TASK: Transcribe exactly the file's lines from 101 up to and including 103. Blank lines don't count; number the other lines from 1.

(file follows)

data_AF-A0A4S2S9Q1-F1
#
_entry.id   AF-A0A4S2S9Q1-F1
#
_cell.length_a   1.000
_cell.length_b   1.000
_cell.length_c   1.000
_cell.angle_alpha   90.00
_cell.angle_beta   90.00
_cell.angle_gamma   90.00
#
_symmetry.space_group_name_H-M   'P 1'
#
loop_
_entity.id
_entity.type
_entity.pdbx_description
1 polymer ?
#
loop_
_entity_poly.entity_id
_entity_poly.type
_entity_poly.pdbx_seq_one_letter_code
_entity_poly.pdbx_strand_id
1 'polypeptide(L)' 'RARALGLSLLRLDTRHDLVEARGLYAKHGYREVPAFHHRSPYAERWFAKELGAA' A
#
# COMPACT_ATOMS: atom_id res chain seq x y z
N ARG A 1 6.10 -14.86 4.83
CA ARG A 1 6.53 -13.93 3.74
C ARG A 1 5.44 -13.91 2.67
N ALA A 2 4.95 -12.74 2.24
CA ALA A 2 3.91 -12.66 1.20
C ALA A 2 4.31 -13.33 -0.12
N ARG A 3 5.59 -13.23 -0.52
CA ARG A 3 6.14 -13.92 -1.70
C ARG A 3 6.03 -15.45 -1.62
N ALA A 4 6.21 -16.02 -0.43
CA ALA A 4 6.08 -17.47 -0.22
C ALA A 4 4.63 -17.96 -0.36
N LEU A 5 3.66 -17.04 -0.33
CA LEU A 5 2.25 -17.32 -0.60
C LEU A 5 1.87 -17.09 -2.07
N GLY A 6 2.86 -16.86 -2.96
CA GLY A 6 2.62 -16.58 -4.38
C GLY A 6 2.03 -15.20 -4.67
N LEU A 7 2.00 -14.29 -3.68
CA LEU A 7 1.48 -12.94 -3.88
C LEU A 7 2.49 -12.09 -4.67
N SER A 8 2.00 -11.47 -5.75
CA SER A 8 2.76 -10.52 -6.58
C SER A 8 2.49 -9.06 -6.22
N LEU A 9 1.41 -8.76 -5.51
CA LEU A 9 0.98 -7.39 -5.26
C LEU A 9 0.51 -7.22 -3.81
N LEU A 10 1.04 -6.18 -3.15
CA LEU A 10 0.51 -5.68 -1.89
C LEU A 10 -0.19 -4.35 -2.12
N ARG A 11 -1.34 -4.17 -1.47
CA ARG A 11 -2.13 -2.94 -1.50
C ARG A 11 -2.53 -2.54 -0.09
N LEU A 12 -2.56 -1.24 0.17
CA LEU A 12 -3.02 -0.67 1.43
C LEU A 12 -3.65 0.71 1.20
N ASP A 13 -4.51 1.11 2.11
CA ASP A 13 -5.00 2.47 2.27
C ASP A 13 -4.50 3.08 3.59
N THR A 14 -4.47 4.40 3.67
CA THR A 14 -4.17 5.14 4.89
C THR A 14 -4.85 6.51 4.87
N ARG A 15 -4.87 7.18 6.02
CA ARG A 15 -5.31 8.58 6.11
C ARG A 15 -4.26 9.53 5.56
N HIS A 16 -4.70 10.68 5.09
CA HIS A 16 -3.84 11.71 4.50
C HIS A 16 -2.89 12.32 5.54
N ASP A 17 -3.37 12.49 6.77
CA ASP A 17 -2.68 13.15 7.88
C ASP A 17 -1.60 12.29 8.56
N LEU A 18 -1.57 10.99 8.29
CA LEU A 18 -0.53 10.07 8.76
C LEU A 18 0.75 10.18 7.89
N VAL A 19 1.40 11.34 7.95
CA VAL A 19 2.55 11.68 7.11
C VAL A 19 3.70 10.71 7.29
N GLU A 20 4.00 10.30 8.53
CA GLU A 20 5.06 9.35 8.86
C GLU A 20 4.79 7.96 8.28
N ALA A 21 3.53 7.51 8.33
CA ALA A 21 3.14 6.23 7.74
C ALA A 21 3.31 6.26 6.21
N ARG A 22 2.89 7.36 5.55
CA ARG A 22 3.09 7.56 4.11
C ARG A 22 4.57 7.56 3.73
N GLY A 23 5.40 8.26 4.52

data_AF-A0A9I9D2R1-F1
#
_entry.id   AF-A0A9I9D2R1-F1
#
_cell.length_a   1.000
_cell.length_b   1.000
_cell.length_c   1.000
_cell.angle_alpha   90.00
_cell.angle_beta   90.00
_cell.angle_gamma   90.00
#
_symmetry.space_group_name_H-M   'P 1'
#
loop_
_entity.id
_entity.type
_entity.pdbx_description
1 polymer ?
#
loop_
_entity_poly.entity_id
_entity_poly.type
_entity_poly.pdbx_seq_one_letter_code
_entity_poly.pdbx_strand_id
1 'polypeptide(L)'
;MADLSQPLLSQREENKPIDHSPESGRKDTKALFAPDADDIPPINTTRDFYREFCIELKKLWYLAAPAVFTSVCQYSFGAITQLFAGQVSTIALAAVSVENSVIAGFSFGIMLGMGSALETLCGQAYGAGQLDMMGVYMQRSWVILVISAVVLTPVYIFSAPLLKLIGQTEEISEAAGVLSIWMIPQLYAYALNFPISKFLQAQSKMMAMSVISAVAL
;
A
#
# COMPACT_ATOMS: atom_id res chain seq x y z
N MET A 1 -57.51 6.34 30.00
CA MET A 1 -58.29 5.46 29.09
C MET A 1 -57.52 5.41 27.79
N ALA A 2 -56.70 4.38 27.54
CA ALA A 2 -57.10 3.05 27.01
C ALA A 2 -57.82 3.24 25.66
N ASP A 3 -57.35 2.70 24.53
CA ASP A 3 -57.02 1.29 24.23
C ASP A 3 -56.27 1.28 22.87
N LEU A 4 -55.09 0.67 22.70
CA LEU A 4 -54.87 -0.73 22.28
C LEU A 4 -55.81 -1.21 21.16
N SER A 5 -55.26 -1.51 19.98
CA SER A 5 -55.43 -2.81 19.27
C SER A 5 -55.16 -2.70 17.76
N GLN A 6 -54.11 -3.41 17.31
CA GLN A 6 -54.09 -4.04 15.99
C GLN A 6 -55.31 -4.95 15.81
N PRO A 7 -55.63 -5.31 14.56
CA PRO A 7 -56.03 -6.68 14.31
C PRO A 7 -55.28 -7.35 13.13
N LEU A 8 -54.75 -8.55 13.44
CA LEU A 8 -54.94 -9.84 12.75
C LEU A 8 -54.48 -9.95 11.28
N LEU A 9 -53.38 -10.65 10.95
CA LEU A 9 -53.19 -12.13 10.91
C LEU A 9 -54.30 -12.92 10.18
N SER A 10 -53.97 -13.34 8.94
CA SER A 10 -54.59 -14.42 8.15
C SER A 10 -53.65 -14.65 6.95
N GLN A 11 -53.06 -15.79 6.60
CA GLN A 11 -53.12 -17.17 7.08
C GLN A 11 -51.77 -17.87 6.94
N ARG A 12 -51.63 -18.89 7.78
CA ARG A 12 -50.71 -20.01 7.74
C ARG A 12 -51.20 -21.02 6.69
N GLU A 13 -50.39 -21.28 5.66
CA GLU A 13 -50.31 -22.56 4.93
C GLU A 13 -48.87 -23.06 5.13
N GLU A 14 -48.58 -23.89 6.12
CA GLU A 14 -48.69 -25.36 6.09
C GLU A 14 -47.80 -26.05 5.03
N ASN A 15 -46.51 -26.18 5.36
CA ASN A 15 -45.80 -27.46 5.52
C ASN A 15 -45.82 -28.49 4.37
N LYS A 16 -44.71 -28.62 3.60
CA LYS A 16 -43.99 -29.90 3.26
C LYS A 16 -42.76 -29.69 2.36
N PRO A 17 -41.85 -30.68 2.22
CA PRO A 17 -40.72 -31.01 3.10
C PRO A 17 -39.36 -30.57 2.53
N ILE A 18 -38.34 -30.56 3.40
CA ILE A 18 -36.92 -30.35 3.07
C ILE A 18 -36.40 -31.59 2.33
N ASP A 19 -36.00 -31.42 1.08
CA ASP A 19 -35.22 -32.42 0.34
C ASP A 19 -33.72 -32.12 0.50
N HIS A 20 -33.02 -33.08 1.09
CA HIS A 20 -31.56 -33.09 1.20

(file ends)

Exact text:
_cell.length_c   1.000
_cell.angle_alpha   90.00
_cell.angle_beta   90.00